In addition to clarifying certain ambiguous provisions of the VAT Act, the amendment increased the rate of VAT from 5% to 7.5%. The concomitant reduction in Corporate Tax rates on one hand and an increase in the rate of Value-Added Tax, on the other hand, is consistent with the National Tax Policy which aims at a gradual shift from direct to indirect taxes. 


The guiding principle behind this stipulation in the National Tax Policy is that indirect taxes potentially offer higher yield while remaining cheaper to administer than direct taxes.  


Within the Year 2020 and as a follow-up measure to strengthening the legal framework, a Committee was constituted to further review all relevant tax laws. As a result of the Committee’s work, Draft Bills with amendments to the Federal Inland Revenue Service Establishment Act, the Value Added Tax Act and the Finance Act 2019 were prepared and submitted to the National Assembly (NASS) for further review.


In addition, within the same year, 13 information Circulars were also developed and released as follows: Taxation of Non-residents in Nigeria, Taxation of seafarers onshore and offshore platform workers, Taxation of companies involved in shipping, air transport and cable undertakings, Taxation of Real Estate Investment companies, Guidelines for filing income tax returns by foreign companies.


Circular on clarification for taxation of insurance companies, Circular on clarification on commencement and cessation of business and business reorganisation, Circular on tax implication of the operation or regulated securities lending transaction, Circular on stamp duties, Circular on value-added tax, Clarification on sundry provisions of the Finance Act 2019 as it relates to CITAGuidelines on the tax treatment of section 27(C) of Companies Income Tax Act (CITA) on the deductibility of Foreign Tax Framework for the implementation of the country-by-country reporting in Nigeria.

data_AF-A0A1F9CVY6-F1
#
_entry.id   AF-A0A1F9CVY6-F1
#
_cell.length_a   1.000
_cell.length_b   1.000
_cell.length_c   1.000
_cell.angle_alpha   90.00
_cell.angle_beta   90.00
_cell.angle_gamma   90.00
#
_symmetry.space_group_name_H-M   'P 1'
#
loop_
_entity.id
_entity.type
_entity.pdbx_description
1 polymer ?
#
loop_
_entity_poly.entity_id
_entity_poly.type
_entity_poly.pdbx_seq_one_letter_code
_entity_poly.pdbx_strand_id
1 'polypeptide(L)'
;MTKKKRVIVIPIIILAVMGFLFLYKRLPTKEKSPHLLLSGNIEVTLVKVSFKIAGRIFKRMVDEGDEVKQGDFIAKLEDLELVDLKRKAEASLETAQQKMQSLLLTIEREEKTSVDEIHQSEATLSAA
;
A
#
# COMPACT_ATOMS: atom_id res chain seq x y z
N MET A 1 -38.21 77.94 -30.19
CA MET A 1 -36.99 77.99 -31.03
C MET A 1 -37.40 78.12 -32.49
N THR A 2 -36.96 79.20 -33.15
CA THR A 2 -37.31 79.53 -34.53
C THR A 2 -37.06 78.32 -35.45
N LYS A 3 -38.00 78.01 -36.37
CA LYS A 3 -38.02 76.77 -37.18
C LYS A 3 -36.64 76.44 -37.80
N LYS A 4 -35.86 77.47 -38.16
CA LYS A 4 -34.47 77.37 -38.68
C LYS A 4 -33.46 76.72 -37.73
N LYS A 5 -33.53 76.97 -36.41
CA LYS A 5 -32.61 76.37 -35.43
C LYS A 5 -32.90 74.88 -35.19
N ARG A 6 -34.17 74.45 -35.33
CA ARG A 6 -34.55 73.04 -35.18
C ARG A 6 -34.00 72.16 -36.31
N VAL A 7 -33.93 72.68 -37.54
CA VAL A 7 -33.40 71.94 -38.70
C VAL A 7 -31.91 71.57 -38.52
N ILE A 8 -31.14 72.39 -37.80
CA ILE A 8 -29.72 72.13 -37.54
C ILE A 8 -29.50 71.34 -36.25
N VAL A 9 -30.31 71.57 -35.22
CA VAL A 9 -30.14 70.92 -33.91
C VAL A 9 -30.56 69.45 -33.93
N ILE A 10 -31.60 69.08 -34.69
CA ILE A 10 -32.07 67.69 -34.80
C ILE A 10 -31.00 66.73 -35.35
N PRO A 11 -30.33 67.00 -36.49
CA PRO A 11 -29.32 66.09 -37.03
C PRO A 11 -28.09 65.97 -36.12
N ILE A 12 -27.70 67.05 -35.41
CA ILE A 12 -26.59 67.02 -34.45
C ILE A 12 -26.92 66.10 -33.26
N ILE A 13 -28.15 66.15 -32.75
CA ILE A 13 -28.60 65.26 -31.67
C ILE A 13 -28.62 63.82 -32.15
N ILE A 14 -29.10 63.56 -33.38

On the Squabble among tax bodies in Nigeria,  since 2004, some professional bodies in taxation and economy remained at loggerheads over areas of influence. This squabble took its toll on the economy because where there is no peace and unity, there is no progress. In May, 2021, Nami, a pragmatic administrator who has the progress of these bodies at heart put a machinery in motion which finally resolved the issue. The professional bodies are the Institute of Chartered Accountants of Nigeria (ICAN), the Chartered Institute of Taxation of Nigeria (CITN) and the Association of National Accountants of Nigeria (ANAN).


He said: “following the disagreement and various court disputes since 2004 to date, between ICAN, ANAN and CITN on issue of Tax practice, it became necessary that FIRS under my leadership should intervene by inviting the three sister professional bodies for amicable resolution.” 


The FIRS facilitated signing of a memorandum of association which was meant to provide an atmosphere in which the bodies could operate seamlessly “to support what FIRS does and also contribute to the improvement of the Country’s position on the ease of doing business index”.


That was the very first time, ICAN, CITN and ANAN came together on one platform to affix their respective hands and seals to a document and affirmed their commitment to the growth and development of tax administration, compliance and practice in Nigeria.
As at 30th November 2021, the Service had collected over 5.03 trillion Naira, being 85% of the national tax target. It projects to meet and even overshoot its target by 31st December 2021.